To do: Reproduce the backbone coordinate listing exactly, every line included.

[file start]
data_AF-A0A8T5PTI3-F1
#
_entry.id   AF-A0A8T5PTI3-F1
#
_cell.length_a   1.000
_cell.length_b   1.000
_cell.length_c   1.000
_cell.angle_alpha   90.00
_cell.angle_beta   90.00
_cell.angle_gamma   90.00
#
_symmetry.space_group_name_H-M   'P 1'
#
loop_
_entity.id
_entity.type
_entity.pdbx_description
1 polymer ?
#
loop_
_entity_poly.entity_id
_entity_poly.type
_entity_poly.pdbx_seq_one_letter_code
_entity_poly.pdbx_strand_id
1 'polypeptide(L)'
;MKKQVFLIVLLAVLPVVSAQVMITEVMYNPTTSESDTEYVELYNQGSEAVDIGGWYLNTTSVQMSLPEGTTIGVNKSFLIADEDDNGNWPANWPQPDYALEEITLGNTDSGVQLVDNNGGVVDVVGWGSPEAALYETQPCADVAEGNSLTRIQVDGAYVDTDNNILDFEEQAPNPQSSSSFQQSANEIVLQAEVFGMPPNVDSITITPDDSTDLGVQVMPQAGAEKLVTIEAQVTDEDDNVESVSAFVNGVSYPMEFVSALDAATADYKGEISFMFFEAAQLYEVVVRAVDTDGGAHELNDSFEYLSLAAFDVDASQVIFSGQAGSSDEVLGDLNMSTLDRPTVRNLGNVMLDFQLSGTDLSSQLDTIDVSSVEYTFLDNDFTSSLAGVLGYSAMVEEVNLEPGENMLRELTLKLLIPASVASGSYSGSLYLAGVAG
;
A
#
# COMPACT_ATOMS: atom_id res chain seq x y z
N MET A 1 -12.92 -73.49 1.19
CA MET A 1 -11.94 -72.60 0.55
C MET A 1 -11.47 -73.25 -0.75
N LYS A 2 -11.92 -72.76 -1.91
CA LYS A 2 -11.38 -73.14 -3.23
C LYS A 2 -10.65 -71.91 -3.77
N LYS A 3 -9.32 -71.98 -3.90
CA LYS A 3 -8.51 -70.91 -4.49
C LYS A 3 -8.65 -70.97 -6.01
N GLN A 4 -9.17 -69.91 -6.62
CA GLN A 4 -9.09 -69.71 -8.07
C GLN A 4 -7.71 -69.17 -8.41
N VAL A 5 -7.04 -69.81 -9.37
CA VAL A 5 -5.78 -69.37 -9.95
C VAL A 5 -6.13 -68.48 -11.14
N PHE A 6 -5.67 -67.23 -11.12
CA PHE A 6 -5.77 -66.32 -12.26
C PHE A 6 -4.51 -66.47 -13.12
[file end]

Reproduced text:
data_AF-A0A8T5PTI3-F1
#
_entry.id   AF-A0A8T5PTI3-F1
#
_cell.length_a   1.000
_cell.length_b   1.000
_cell.length_c   1.000
_cell.angle_alpha   90.00
_cell.angle_beta   90.00
_cell.angle_gamma   90.00
#
_symmetry.space_group_name_H-M   'P 1'
#
loop_
_entity.id
_entity.type
_entity.pdbx_description
1 polymer ?
#
loop_
_entity_poly.entity_id
_entity_poly.type
_entity_poly.pdbx_seq_one_letter_code
_entity_poly.pdbx_strand_id
1 'polypeptide(L)'
;MKKQVFLIVLLAVLPVVSAQVMITEVMYNPTTSESDTEYVELYNQGSEAVDIGGWYLNTTSVQMSLPEGTTIGVNKSFLIADEDDNGNWPANWPQPDYALEEITLGNTDSGVQLVDNNGGVVDVVGWGSPEAALYETQPCADVAEGNSLTRIQVDGAYVDTDNNILDFEEQAPNPQSSSSFQQSANEIVLQAEVFGMPPNVDSITITPDDSTDLGVQVMPQAGAEKLVTIEAQVTDEDDNVESVSAFVNGVSYPMEFVSALDAATADYKGEISFMFFEAAQLYEVVVRAVDTDGGAHELNDSFEYLSLAAFDVDASQVIFSGQAGSSDEVLGDLNMSTLDRPTVRNLGNVMLDFQLSGTDLSSQLDTIDVSSVEYTFLDNDFTSSLAGVLGYSAMVEEVNLEPGENMLRELTLKLLIPASVASGSYSGSLYLAGVAG
;
A
#
# COMPACT_ATOMS: atom_id res chain seq x y z
N MET A 1 -12.92 -73.49 1.19
CA MET A 1 -11.94 -72.60 0.55
C MET A 1 -11.47 -73.25 -0.75
N LYS A 2 -11.92 -72.76 -1.91
CA LYS A 2 -11.38 -73.14 -3.23
C LYS A 2 -10.65 -71.91 -3.77
N LYS A 3 -9.32 -71.98 -3.90
CA LYS A 3 -8.51 -70.91 -4.49
C LYS A 3 -8.65 -70.97 -6.01
N GLN A 4 -9.17 -69.91 -6.62
CA GLN A 4 -9.09 -69.71 -8.07
C GLN A 4 -7.71 -69.17 -8.41
N VAL A 5 -7.04 -69.81 -9.37
CA VAL A 5 -5.78 -69.37 -9.95
C VAL A 5 -6.13 -68.48 -11.14
N PHE A 6 -5.67 -67.23 -11.12
CA PHE A 6 -5.77 -66.32 -12.26
C PHE A 6 -4.51 -66.47 -13.12